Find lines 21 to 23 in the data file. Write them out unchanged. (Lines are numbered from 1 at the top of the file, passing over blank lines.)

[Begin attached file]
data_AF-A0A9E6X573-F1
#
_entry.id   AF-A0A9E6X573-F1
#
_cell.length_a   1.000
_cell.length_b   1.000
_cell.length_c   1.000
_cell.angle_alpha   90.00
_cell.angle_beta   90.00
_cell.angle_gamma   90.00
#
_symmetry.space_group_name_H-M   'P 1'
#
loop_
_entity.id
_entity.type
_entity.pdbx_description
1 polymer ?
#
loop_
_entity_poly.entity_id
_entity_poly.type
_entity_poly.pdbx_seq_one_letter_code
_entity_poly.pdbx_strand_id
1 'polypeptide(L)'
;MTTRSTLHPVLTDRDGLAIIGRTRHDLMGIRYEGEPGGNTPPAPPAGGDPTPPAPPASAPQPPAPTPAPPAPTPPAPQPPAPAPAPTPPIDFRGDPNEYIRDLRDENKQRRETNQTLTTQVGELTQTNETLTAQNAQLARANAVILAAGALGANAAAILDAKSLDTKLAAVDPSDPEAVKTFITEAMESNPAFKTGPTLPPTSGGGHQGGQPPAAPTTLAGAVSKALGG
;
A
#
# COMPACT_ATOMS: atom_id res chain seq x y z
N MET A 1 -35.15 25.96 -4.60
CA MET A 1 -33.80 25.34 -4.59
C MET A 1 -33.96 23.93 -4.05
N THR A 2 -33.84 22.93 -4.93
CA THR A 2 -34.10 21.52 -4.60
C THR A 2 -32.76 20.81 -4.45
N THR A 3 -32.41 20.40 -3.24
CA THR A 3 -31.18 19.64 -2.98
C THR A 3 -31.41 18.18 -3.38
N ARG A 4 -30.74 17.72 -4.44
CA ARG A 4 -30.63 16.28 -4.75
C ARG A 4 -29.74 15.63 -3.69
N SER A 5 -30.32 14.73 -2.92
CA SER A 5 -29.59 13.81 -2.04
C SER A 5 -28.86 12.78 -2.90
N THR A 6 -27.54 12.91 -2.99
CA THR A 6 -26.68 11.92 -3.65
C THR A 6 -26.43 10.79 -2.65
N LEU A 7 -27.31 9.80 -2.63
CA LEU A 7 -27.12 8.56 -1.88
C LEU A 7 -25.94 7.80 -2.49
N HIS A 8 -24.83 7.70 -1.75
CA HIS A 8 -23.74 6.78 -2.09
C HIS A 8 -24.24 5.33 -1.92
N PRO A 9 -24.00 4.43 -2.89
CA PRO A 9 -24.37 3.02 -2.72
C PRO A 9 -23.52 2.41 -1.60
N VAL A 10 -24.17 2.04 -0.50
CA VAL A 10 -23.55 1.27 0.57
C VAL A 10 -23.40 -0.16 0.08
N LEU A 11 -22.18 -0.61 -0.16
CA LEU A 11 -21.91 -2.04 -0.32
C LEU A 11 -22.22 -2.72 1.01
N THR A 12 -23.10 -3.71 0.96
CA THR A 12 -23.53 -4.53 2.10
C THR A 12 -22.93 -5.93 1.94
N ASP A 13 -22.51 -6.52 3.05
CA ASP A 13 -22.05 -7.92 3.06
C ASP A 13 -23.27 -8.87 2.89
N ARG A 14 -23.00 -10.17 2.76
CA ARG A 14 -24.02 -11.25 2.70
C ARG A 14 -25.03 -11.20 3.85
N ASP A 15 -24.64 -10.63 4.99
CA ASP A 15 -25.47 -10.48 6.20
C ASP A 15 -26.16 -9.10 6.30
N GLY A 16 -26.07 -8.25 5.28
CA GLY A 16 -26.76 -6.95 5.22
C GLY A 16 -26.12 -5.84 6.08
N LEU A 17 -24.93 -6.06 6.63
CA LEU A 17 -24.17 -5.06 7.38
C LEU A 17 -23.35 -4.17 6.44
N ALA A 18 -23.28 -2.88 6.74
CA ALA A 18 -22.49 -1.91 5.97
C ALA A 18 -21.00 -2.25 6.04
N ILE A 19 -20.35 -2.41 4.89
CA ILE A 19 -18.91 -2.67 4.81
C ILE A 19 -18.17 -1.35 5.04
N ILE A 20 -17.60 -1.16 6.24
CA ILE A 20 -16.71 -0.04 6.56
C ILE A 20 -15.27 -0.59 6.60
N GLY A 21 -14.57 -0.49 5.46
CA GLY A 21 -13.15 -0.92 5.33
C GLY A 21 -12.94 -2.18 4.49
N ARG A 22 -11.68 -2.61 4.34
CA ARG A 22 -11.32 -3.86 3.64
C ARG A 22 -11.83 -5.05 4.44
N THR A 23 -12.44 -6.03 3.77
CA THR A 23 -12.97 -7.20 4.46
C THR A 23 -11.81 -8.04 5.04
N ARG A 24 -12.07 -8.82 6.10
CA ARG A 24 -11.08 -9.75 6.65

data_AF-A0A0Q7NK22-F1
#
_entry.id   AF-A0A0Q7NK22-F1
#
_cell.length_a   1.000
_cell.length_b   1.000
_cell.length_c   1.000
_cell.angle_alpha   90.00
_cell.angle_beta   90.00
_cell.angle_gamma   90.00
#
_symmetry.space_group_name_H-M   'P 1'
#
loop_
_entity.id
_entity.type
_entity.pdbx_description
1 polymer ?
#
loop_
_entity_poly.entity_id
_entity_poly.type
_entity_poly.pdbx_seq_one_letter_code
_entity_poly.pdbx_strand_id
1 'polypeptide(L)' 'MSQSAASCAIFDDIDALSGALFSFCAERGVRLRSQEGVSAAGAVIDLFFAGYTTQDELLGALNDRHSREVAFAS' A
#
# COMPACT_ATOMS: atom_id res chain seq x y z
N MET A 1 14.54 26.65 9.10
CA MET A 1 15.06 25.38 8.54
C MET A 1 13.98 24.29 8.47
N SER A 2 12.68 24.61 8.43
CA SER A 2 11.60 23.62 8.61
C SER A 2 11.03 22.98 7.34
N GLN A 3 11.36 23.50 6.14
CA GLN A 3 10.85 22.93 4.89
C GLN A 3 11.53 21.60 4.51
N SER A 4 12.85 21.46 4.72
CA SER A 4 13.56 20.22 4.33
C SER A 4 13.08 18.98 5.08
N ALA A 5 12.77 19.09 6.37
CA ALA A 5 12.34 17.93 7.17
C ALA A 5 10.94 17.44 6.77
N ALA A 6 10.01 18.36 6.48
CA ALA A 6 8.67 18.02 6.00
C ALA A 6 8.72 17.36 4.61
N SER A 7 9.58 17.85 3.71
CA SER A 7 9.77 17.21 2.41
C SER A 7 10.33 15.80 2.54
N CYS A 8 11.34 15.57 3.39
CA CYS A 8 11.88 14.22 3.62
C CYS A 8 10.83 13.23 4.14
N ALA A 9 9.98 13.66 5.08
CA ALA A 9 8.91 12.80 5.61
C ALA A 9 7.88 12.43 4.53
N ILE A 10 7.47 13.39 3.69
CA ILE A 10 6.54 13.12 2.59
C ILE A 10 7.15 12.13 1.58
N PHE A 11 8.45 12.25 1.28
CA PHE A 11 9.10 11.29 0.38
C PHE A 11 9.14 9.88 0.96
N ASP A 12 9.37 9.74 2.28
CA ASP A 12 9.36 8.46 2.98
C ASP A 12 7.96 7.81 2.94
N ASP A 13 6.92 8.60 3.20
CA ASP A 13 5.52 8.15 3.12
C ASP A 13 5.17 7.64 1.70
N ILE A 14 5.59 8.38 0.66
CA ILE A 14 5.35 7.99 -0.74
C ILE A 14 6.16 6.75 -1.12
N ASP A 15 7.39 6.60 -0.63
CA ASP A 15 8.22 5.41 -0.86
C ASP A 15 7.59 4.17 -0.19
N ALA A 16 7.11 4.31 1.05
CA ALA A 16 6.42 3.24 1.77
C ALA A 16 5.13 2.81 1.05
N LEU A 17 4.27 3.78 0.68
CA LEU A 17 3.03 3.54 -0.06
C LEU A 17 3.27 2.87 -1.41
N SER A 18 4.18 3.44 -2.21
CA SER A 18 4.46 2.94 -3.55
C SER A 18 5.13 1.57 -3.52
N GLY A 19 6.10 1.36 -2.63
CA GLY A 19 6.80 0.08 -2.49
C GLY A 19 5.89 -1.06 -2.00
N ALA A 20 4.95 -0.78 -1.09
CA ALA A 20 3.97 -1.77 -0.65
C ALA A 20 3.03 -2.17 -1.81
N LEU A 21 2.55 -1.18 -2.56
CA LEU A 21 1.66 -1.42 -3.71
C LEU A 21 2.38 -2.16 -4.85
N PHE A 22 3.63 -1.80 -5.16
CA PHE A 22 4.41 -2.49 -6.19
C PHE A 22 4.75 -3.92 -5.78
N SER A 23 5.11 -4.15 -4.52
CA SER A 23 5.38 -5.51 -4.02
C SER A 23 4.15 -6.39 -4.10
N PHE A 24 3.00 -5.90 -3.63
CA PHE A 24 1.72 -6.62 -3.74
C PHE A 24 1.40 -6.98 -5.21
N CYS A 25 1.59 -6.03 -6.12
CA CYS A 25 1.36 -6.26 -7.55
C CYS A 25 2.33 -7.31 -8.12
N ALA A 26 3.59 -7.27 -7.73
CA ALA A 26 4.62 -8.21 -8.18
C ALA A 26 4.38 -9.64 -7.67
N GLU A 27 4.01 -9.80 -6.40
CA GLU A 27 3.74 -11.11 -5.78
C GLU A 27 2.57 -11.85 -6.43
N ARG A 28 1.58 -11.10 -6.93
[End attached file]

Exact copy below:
_entity_poly.entity_id
_entity_poly.type
_entity_poly.pdbx_seq_one_letter_code